Wednesday, March 12, 2008

Mathias: So, I do not think parity is a good idea at all.

I'm front-paging this anonymous comment from the post immediately below this one:

John Mathias recently had this to say about elections conducted by his fellow alumni, and the role of alumni in helping provide oversight of the College:

I have come to the view that "parity" is not a good thing, driven principally by the abusive electioneering and demagoguery of the last two petition trustees [Smith and Robinson/Zywicki?], the slating done by the Hanover Institute, the formation and financing of petitioner candidate slates by the Hanover Institute for election to the AoA EC, the acceptance by the Hanover Institute of non-Dartmouth financial support, the egregious misconduct of Trustee Zywicki (who should never have become a Dartmouth Trustee under any credible system of selection), and the ideas currently being advanced by the likes of Mr. Gale that alumni trustees should somehow "steer the Board"--among other things.

So, I do not think parity is a good idea at all.
By john mathias '69, at 11/16/2007 9:53 AM

Posted by Anonymous AnonymousMarch 12, 2008 8:22 AM


Anonymous said...

I wholeheartedly agree with Mr. Mathias.

Notice that he's implicitly speaking on the basis of his concern for the welfare of the College; it is pretty clear that "parity" is not in Dartmouth's interest. The only people allowed and obligated to guide Dartmouth according to what's in its best interest -- the Trustees -- obviously agree, and their opinion carries more weight than that of any other alumni.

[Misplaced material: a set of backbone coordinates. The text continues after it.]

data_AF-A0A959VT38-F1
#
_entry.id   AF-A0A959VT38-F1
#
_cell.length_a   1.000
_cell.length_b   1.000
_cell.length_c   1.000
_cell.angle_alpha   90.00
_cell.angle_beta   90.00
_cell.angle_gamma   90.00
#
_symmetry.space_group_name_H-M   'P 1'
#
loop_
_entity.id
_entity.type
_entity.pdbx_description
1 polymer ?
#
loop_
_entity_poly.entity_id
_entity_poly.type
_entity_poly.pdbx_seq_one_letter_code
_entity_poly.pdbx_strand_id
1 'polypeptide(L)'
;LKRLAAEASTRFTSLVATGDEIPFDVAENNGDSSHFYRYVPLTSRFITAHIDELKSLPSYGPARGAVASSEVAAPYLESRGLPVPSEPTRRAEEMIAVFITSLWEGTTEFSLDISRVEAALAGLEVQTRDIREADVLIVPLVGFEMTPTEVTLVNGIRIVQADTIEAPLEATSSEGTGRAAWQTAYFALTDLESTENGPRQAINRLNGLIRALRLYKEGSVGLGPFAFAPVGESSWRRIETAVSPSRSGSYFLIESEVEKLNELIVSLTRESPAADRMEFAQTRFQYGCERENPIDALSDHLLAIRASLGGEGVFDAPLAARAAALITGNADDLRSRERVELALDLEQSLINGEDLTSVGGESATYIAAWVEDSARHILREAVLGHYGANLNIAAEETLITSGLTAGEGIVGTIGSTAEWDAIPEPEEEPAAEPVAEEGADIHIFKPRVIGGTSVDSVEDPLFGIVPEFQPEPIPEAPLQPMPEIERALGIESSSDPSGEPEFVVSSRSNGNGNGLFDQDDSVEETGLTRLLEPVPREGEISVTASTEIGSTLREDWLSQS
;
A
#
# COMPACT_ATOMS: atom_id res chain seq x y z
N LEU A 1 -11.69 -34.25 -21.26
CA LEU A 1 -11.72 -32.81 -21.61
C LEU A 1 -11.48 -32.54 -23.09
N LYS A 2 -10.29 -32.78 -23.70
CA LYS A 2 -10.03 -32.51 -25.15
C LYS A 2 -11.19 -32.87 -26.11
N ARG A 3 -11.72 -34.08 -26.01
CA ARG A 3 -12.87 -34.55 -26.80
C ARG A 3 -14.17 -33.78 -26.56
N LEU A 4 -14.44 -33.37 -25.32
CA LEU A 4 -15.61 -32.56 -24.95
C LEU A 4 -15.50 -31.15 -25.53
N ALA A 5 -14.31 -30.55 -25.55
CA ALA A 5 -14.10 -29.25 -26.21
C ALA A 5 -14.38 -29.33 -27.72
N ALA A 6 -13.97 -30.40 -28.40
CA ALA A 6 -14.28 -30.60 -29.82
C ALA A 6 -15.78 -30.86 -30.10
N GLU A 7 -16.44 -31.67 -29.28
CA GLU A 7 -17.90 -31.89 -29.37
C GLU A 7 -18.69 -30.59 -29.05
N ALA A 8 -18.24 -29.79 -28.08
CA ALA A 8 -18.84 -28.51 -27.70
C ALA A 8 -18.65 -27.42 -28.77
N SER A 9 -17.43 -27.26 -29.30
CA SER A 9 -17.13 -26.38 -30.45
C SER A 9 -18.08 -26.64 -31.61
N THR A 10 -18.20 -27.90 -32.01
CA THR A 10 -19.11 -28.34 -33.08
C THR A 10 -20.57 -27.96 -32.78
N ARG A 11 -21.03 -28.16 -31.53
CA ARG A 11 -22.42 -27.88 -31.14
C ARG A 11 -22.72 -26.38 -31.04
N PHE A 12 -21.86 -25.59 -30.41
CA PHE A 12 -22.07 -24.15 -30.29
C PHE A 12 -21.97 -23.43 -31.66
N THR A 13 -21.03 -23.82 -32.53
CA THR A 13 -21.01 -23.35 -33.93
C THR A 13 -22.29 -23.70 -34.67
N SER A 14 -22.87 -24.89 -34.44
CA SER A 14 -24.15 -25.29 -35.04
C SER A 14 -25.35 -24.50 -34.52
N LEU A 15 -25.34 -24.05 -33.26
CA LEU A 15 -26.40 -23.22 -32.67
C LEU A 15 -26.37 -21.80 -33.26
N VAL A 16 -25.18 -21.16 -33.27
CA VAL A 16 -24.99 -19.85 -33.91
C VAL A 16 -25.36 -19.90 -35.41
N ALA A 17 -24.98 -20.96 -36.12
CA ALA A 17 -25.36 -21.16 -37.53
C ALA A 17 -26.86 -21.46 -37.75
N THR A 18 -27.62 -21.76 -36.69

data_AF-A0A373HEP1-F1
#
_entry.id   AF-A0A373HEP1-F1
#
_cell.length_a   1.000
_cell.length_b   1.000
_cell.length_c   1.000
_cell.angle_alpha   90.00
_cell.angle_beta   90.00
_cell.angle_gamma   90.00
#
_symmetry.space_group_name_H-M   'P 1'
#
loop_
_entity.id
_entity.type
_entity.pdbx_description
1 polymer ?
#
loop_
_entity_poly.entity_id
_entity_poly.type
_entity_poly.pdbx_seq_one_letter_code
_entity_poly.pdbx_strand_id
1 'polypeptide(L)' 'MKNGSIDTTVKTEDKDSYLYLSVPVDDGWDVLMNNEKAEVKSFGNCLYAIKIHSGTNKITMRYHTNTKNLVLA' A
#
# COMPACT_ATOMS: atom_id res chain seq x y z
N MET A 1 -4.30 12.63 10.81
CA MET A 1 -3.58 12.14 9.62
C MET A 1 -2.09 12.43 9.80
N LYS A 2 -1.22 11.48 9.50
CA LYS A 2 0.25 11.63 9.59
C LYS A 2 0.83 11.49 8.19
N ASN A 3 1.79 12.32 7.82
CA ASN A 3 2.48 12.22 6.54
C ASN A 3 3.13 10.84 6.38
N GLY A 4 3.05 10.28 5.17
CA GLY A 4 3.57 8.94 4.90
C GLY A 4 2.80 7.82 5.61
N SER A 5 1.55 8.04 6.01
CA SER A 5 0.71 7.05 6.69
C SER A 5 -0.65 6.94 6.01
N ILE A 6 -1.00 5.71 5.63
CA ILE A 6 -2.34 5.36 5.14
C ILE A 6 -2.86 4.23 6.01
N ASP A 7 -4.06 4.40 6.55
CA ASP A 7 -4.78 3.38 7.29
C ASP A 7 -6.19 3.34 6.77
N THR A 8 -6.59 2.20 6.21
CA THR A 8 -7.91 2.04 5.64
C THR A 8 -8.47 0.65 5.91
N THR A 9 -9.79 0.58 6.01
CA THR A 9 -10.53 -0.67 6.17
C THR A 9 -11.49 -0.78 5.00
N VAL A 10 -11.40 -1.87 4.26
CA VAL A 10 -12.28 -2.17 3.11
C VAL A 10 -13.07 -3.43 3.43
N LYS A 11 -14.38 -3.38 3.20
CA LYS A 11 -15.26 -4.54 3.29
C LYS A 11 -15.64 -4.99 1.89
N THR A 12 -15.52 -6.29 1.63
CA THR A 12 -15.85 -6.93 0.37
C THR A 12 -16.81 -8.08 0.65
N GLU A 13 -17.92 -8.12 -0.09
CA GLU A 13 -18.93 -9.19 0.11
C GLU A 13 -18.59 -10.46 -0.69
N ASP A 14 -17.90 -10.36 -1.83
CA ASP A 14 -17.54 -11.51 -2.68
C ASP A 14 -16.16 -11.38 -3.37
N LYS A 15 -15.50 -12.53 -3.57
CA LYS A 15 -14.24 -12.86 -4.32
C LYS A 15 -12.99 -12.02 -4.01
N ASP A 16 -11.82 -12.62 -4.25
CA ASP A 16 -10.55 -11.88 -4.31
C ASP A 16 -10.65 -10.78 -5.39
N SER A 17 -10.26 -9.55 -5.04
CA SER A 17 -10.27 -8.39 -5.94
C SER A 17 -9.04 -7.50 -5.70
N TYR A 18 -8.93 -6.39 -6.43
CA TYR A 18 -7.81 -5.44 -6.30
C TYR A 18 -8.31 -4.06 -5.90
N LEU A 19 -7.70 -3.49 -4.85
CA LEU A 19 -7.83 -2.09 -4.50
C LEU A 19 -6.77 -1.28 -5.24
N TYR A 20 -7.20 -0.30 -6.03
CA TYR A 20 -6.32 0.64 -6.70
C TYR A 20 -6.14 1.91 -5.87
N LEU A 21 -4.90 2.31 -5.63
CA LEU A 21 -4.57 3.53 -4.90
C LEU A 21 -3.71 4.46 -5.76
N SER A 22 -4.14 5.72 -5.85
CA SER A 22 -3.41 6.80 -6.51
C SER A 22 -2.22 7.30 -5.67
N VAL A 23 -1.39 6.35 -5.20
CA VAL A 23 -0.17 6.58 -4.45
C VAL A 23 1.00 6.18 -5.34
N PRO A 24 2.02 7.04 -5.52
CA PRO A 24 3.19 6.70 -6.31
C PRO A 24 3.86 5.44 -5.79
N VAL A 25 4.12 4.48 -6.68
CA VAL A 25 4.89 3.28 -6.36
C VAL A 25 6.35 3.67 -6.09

Reducing the size of the Alumni Trustee minority wouldn't be in the narrow interest of the AoA insofar as that group is concerned with accumulating power to itself. But this is a clear case where the Association should recognize a higher calling. Thanks to Mr. Mathias for suggesting that the AoA is allowed to concern itself with something larger than itself: with the welfare of Dartmouth. Improving the College and improving the operation of the Board are worthy goals for the AoA, and where both may be achieved by reducing the scale of the built-in minority for Alumni Trustees, then so be it.

Alumni should be wary of any candidates who place their own interests, or the debatable interest of the Association in gaining influence over the Board of Trustees, above the clear interests of Dartmouth College itself. Dartmouth and its continued success are why people are active in the Association and willing to serve in the first place.

Anonymous said...

So is the Review officially endorsing the Hanover Institute's slate?

Should readers take that with a grain of salt, since John MacGovern used to be your advisor, and both of you get cash from the same foundations?

Anonymous said...

That Jacob Baron comes across as a bit of an idiot, doesn't he? Referring to "slander" of alumni (in writing!) and "the Dartmouth bureaucracy" supporting an obviously independent website? If he's so concerned about "lies," why has he been ignoring the Hanover Institute and the Alumni Association all these months? If the guy has no idea what he's writing about, why does he think it belongs on Dartblog? Now we know why Joe Malchow doesn't allow comments -

Anonymous said...

The Review and MacGovern are not on good terms, so I wouldn't lean too heavily on that assumption. The Review stopped getting money from foundations when the Olin foundation went under. Also, I think it's always been clear the Review supports keeping the board proportional.

Anonymous said...

Uh, yeah. The Review and MacGovern did not part ways amicably.

Anonymous said...

So because Obama's running against Clinton, one of them must be a Republican...